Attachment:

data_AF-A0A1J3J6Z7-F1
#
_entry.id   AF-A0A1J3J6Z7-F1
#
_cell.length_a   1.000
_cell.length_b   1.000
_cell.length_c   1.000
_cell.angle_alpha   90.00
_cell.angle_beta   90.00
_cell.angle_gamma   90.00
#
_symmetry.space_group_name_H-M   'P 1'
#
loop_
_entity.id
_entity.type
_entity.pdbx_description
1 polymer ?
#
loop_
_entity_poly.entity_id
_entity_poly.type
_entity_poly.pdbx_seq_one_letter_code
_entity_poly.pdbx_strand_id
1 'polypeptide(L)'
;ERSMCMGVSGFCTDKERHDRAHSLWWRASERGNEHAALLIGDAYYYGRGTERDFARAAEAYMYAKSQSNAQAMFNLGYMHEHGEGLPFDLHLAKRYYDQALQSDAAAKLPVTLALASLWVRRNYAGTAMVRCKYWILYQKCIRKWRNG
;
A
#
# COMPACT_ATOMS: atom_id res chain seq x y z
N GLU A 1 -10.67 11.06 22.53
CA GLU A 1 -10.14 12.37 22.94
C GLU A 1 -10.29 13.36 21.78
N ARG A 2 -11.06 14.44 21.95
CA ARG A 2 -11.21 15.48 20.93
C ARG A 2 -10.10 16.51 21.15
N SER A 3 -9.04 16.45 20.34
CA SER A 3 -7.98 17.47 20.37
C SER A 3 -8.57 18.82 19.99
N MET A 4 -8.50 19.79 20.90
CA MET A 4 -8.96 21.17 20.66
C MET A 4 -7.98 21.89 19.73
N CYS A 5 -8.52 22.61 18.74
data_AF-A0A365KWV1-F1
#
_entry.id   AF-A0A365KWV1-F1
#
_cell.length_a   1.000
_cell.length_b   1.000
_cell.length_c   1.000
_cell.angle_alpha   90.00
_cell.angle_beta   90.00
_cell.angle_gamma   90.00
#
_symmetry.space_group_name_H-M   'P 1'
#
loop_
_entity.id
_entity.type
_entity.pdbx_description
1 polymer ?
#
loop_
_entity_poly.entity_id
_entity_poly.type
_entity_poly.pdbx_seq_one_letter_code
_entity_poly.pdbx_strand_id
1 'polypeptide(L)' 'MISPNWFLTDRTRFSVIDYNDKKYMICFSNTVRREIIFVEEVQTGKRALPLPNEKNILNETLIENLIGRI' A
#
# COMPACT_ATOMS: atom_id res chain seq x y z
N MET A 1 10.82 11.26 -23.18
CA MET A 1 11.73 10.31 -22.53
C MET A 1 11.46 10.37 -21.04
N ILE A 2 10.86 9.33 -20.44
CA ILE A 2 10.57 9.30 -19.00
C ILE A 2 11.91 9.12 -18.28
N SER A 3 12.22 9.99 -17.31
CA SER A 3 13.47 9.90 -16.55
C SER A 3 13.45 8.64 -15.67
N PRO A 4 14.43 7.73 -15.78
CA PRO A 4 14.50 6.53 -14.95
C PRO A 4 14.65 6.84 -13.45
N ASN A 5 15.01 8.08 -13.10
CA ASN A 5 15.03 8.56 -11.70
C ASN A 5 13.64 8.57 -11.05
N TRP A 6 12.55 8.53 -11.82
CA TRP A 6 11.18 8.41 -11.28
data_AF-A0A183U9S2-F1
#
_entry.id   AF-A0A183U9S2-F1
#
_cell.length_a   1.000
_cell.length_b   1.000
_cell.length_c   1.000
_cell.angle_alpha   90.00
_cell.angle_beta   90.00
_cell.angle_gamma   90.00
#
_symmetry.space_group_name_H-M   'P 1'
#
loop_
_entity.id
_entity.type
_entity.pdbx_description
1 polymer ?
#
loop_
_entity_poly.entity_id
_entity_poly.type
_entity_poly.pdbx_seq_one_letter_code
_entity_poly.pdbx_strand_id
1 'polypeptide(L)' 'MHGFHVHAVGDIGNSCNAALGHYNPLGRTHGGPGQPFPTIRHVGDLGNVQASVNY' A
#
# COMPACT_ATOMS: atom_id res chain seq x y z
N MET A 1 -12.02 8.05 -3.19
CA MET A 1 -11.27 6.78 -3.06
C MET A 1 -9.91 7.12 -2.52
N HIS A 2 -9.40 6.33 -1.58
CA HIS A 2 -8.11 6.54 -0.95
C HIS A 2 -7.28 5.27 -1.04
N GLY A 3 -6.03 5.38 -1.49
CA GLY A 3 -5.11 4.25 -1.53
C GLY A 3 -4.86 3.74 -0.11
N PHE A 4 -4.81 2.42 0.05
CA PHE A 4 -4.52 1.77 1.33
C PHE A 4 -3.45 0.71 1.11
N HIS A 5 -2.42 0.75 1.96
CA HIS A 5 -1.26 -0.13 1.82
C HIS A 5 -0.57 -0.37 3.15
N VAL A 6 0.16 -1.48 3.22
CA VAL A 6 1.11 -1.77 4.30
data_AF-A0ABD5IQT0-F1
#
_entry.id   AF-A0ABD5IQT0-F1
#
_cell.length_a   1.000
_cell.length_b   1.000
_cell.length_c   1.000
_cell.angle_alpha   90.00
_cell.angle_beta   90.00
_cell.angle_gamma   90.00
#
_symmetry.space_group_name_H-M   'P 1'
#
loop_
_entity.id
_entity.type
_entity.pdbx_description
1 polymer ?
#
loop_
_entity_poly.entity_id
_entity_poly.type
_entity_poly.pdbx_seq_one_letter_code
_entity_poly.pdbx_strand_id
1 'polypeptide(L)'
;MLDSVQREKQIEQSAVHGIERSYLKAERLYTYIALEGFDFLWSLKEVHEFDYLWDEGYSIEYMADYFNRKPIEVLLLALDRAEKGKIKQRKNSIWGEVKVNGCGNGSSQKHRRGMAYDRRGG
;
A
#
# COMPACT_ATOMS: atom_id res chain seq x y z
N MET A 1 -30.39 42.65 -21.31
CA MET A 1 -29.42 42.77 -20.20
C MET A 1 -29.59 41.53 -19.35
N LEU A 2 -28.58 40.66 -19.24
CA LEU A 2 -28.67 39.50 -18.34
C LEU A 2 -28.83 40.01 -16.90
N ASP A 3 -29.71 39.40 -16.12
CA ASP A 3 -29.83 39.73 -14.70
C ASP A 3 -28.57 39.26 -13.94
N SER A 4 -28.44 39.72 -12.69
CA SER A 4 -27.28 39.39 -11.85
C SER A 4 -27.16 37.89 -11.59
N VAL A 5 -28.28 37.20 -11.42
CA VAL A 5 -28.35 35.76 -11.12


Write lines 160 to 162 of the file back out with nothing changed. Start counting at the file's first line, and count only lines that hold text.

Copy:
#
# COMPACT_ATOMS: atom_id res chain seq x y z
N MET A 1 -30.39 42.65 -21.31